James Klosty's Merce Cunningham was the first book ever published about Cunningham. It appeared in 1975 and was republished in 1986. Now, for the 100th anniversary of Cunningham's birth, it is reincarnated for a twenty-first-century audience in duotone printing, redesigned and completely reimagined with an additional 140 pages of photographs, many published never before.
In the years since their passing, the historical importance of the partnership of John Cage and Merce Cunningham has grown to the point where no consideration of avant-garde art, music, and dance in America makes sense if Cunningham and Cage are not posited, serene and smiling, at the wellspring of its inspiration. This is true not only in America but around the globe as well.
Art does not exist in a vacuum and neither did Cunningham and Cage. Painters such as Robert Rauschenberg, Jasper Johns, Andy Warhol, Frank Stella, and Robert Morris, and composers such as Earle Brown, Christian Wolff, Morton Feldman, David Tudor, and Pauline Oliveros joined the endeavor. Jasper Johns slyly lured Marcel Duchamp into allowing his iconic Large Glass to be used as decor for a Cunningham dance. Cunningham repeatedly invited Erik Satie (without Satie's permission) into his musical family. This seemingly haphazard association of innovative artists served as the nearest thing America could offer in counterbalance to Diaghilev and his Ballets Russes.
In addition to Klosty's photographs of the artists, composers, and dancers; and the dances themselves, both in rehearsal and performance; the book contains texts from Cunningham's associates including John Cage, Jasper Johns, Robert Rauschenberg, Carolyn Brown, Paul Taylor, Lincoln Kirstein, Edwin Denby, and a dozen others.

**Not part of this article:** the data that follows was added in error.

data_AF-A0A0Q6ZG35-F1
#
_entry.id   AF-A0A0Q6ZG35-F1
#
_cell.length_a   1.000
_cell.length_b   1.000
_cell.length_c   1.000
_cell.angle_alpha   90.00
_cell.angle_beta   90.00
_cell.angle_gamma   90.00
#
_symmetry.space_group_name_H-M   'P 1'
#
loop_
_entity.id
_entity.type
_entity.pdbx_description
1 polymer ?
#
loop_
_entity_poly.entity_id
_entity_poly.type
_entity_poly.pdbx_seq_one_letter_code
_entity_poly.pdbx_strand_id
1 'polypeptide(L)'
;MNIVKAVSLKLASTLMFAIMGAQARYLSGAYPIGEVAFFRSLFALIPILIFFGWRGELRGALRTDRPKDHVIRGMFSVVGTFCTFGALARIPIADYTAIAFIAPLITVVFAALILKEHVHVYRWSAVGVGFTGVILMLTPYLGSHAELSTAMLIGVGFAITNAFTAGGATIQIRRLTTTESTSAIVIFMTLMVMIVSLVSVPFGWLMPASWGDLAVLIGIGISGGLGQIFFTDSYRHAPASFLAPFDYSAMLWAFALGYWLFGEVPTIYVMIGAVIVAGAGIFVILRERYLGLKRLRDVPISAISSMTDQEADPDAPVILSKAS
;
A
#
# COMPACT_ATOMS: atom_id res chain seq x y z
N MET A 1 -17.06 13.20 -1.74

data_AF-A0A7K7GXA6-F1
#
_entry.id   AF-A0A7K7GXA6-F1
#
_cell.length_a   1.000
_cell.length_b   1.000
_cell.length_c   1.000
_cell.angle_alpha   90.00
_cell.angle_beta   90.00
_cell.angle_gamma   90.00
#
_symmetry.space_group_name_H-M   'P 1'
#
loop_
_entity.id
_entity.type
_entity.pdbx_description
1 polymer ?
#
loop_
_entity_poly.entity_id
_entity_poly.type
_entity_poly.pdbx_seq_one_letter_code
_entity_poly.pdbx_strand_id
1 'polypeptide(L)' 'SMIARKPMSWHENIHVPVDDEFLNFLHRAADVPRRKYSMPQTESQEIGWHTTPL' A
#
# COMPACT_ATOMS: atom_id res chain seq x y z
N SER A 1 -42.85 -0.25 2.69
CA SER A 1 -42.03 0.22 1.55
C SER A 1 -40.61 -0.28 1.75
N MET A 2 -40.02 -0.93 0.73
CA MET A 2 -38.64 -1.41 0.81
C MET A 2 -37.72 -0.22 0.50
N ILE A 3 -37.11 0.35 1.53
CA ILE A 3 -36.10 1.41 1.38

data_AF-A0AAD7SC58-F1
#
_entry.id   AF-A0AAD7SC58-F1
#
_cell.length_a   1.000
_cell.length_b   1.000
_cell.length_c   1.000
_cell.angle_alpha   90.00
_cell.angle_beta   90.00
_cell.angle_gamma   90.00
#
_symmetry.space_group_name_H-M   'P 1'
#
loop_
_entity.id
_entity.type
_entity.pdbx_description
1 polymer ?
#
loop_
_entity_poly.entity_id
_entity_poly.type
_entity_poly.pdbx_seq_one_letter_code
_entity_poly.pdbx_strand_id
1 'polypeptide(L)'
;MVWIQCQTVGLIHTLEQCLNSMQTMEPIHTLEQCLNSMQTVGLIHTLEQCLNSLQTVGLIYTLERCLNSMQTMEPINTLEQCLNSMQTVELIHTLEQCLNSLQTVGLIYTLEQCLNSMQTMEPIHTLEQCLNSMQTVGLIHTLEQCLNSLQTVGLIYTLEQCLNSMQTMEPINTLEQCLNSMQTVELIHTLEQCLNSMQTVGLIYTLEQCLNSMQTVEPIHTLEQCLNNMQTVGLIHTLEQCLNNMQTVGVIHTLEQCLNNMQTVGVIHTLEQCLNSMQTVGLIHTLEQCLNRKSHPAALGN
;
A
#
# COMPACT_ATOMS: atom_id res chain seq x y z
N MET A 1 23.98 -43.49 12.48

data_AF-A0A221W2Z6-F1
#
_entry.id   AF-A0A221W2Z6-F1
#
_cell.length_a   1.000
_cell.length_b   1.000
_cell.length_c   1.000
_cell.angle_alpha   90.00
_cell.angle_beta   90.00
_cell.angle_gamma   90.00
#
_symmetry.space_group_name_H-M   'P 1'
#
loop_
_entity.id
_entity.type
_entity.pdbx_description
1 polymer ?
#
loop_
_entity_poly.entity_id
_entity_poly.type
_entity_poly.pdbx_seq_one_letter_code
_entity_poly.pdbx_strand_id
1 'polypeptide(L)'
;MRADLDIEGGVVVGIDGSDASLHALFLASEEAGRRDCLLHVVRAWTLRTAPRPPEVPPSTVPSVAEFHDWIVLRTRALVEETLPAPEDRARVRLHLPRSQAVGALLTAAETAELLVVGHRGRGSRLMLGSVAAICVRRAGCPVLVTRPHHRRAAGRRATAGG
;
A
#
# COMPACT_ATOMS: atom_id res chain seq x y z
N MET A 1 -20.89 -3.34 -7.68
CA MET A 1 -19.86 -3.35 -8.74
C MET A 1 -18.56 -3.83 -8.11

About the Author
James Klosty is a photographer and an actor/singer who still pays his equity dues even though he has not performed in anything for a long time. He was a member of the inaugural class of NYU's professional theater MFA program. He first saw the Merce Cunningham Dance Company in London in 1964 and the experience changed his life. In 1975, Dutton published Merce Cunningham, which was the first book ever to appear on Cunningham. In 1975, Klosty's Cunningham photographs received one-man exhibitions at the Leo Castelli Gallery and the International Center of Photography. In 2014, Wesleyan University Press published his book John Cage Was. In 2018, Damiani published Greece 66, a collecition of his photographs of Greece. Today, he is primarily an organic gardener who grows at least one dozen varieties of potatoes every year.
"In this informative, illustrated dance history, photographer Klosty (Greece 66) shares remembrances of famed avant-garde choreographer Merce Cunningham (1919–2009). Originally published in 1975, this new edition, coinciding with the 100th anniversary of Cunningham’s birth, includes 140 additional pages of primarily black-and-white photographs. Several capture Cunningham rehearsing in a dilapidated Manhattan studio and performing at such venues as the Belgrade Museum and Ghirardelli Square in San Francisco. Most of the images show Cunningham and his dance company during monumental productions on stage, such as 1968’s Rainforest (with costumes by Jasper Johns and décor by Andy Warhol), 1967’s Scramble (with costumes and décor by Frank Stella), and 1958’s Antic Meet (with music by “Merce’s partner in life as in art,” John Cage, and costumes and décor by Robert Rauschenberg). Also included are pieces written by some of Cunningham’s friends and colleagues—such as Merce’s dance partner Carolyn Brown (“his humor has saved the wretchedness of many nearly hopeless situations”) and New York City Ballet general director Lincoln Kirstein (“I like Merce... very much personally, but our philosophies and theater are disparate”). Readers well-versed in modern dance will find plenty to behold." –Publishers Weekly
"Klosty's dance photographs are glorious." –Dance Magazine
"These aren’t the careful, posed pictures you see in glossy magazines, but a sweaty record of effort and elusive reward. The people dancing might be about to exit off the page. You can feel them breathing. The camera must have been a friend of the subjects, waiting on the sidelines to catch their moments of hilarity, levitation or stress." –The Hudson Review
AS SEEN IN: LA Dance Chronicle and New York Journal of Books